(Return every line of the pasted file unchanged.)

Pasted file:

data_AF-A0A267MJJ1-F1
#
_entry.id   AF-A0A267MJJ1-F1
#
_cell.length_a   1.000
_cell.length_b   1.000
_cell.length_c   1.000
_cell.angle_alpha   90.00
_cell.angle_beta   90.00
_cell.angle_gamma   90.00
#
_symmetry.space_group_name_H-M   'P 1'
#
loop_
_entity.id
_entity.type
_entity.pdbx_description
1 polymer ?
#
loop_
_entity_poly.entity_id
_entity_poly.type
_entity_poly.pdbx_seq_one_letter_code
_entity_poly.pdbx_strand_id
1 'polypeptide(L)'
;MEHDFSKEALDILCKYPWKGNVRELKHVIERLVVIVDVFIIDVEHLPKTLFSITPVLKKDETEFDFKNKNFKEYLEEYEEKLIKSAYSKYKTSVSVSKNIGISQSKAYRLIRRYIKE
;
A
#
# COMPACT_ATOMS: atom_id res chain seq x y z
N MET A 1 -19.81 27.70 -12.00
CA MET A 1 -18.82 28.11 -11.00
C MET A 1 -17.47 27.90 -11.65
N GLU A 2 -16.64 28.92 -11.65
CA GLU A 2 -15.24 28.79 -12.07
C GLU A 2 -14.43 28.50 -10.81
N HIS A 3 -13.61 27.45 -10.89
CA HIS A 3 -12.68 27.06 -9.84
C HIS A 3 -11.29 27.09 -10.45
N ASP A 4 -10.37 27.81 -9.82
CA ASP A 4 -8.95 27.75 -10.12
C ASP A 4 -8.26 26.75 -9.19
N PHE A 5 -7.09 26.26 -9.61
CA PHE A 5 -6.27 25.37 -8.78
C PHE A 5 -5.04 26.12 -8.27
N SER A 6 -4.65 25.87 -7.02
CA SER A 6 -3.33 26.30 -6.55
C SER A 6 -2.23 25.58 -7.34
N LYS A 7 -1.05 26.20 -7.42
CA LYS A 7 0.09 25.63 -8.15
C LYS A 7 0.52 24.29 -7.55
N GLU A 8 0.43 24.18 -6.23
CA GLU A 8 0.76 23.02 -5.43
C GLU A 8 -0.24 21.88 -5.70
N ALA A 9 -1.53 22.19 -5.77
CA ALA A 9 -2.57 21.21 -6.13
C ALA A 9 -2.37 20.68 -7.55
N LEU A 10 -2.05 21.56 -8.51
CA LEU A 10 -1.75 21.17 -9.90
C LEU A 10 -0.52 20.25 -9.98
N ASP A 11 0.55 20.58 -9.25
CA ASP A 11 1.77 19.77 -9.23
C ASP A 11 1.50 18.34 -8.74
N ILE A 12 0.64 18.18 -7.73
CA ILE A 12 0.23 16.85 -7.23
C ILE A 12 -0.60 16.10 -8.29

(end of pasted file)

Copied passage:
data_AF-A0A267MJJ1-F1
#
_entry.id   AF-A0A267MJJ1-F1
#
_cell.length_a   1.000
_cell.length_b   1.000
_cell.length_c   1.000
_cell.angle_alpha   90.00
_cell.angle_beta   90.00
_cell.angle_gamma   90.00
#
_symmetry.space_group_name_H-M   'P 1'
#
loop_
_entity.id
_entity.type
_entity.pdbx_description
1 polymer ?
#
loop_
_entity_poly.entity_id
_entity_poly.type
_entity_poly.pdbx_seq_one_letter_code
_entity_poly.pdbx_strand_id
1 'polypeptide(L)'
;MEHDFSKEALDILCKYPWKGNVRELKHVIERLVVIVDVFIIDVEHLPKTLFSITPVLKKDETEFDFKNKNFKEYLEEYEEKLIKSAYSKYKTSVSVSKNIGISQSKAYRLIRRYIKE
;
A
#
# COMPACT_ATOMS: atom_id res chain seq x y z
N MET A 1 -19.81 27.70 -12.00
CA MET A 1 -18.82 28.11 -11.00
C MET A 1 -17.47 27.90 -11.65
N GLU A 2 -16.64 28.92 -11.65
CA GLU A 2 -15.24 28.79 -12.07
C GLU A 2 -14.43 28.50 -10.81
N HIS A 3 -13.61 27.45 -10.89
CA HIS A 3 -12.68 27.06 -9.84
C HIS A 3 -11.29 27.09 -10.45
N ASP A 4 -10.37 27.81 -9.82
CA ASP A 4 -8.95 27.75 -10.12
C ASP A 4 -8.26 26.75 -9.19
N PHE A 5 -7.09 26.26 -9.61
CA PHE A 5 -6.27 25.37 -8.78
C PHE A 5 -5.04 26.12 -8.27
N SER A 6 -4.65 25.87 -7.02
CA SER A 6 -3.33 26.30 -6.55
C SER A 6 -2.23 25.58 -7.34
N LYS A 7 -1.05 26.20 -7.42
CA LYS A 7 0.09 25.63 -8.15
C LYS A 7 0.52 24.29 -7.55
N GLU A 8 0.43 24.18 -6.23
CA GLU A 8 0.76 23.02 -5.43
C GLU A 8 -0.24 21.88 -5.70
N ALA A 9 -1.53 22.19 -5.77
CA ALA A 9 -2.57 21.21 -6.13
C ALA A 9 -2.37 20.68 -7.55
N LEU A 10 -2.05 21.56 -8.51
CA LEU A 10 -1.75 21.17 -9.90
C LEU A 10 -0.52 20.25 -9.98
N ASP A 11 0.55 20.58 -9.25
CA ASP A 11 1.77 19.77 -9.23
C ASP A 11 1.50 18.34 -8.74
N ILE A 12 0.64 18.18 -7.73
CA ILE A 12 0.23 16.85 -7.23
C ILE A 12 -0.60 16.10 -8.29